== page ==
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How to Fill out an I-9 Form

Accepting a job offer is exciting. But before you can settle into your new work space, you’ll need to complete a lot of paperwork, enroll in your 401(k) plan (if your company offers one) and fill out a W-4 form. You’ll also need to complete and submit an I-9 form. If you’re not exactly sure what that form is, we’ll explain why you need it and how to go about filling it out.

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All About the I-9 Form 

Under federal law, new employees are required to complete the Employment Eligibility Verification form (or Form I-9). Employers use this form to confirm that the people they hire are who they say they are. The I-9 form also verifies that an employee can legally work in the United States.

Employers are not allowed to use the information that workers provide on the I-9 form to discriminate against them or fire them. In fact, they can’t present anyone with the form until after they make a job offer.

Companies who fail to collect I-9 forms or use them to commit fraud can be hit with fines as high as $16,000 for each violation. Those who engage in criminal activity can spend up to six months in prison. Employees who deliberately include false information on their I-9 forms can face fines and imprisonment, too.

After receiving workers’ I-9 forms, employers hold onto them unless they’re asked to turn them over to a government agency like the Department of Labor. If they make any clerical mistakes, they’ll have 10 business days to fix them before facing any consequences.

Related Article: How Many Allowances Should You Claim?

Completing the I-9 Form: Section I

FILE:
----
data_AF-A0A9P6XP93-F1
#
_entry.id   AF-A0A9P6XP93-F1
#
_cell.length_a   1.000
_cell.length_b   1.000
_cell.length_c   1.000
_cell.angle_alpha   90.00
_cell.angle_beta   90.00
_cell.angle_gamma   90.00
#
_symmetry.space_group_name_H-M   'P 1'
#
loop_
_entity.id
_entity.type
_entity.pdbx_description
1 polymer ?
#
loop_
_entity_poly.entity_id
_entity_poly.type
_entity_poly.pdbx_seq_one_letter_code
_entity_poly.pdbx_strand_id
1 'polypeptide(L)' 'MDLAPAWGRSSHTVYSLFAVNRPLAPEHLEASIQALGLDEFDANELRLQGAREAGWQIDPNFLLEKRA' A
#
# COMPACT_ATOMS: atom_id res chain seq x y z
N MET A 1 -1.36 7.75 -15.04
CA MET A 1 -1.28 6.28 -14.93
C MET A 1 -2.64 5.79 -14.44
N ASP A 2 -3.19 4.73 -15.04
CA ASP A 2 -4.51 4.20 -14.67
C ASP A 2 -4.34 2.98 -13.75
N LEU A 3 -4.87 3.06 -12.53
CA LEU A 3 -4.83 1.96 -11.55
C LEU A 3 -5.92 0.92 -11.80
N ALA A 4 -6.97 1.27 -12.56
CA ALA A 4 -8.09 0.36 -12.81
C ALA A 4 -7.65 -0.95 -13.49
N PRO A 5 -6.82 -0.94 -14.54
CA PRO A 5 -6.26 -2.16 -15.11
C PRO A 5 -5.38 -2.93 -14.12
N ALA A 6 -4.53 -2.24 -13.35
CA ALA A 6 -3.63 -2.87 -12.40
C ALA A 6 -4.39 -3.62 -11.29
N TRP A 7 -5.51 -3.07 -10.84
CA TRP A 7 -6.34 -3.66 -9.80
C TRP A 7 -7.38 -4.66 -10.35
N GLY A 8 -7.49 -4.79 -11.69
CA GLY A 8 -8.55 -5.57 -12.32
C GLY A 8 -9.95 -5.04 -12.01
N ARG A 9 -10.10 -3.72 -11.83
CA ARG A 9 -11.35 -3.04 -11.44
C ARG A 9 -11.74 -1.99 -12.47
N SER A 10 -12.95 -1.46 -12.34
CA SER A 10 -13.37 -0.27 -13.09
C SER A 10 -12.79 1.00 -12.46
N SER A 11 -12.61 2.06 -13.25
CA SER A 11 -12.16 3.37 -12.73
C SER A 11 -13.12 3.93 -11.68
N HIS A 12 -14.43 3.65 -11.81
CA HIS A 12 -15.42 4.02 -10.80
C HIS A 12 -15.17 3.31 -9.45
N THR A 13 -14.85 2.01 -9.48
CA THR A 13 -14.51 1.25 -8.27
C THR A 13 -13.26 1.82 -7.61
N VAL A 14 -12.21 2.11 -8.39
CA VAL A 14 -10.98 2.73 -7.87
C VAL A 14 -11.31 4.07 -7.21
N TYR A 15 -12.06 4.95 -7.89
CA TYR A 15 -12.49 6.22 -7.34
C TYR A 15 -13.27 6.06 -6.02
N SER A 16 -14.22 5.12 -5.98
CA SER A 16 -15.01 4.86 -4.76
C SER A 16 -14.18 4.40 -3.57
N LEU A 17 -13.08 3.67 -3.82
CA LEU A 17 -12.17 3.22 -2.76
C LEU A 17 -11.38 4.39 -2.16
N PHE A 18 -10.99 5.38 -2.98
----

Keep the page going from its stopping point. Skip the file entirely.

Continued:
How to Fill out an I-9 Form

The I-9 form has three different sections. In Part I, new hires must provide their full name, current address, date of birth and Social Security number. They also have the option of writing in their email address and their phone number.

In the next portion of the first section, employees must check a box to indicate their citizenship status. They’ll need to say whether they are citizens or noncitizen nationals. Lawful permanent residents and aliens who are allowed to work in the U.S. are required to write in their alien registration number (A-Number) or their USCIS number (which is simply the A-Number without the letter “A.”)

Instead of including their alien registration number, aliens who can work in the country can write in their admission number from their Arrival-Departure Record form (Form I-94). They’re also required to state how long they’re allowed to work in the U.S if their employment authorization expires on a specific date.

Once an employee completes Part I, he or she must sign and date the form at the bottom. If a new hire cannot fill out the form without the help of a translator or a preparer (due to a disability, a language barrier or because he or she is a minor), the person who helped him finish the form must sign and date the form. Preparers and translators must also provide personal information, including their names and addresses.

Completing the I-9 Form: Section II

After completing the first section of Form I-9, new hires must submit their forms along with a document (or two) that meets two separate conditions: (1) that the employee can verify his or her identity and (2) that the employee is allowed to get a job in the U.S.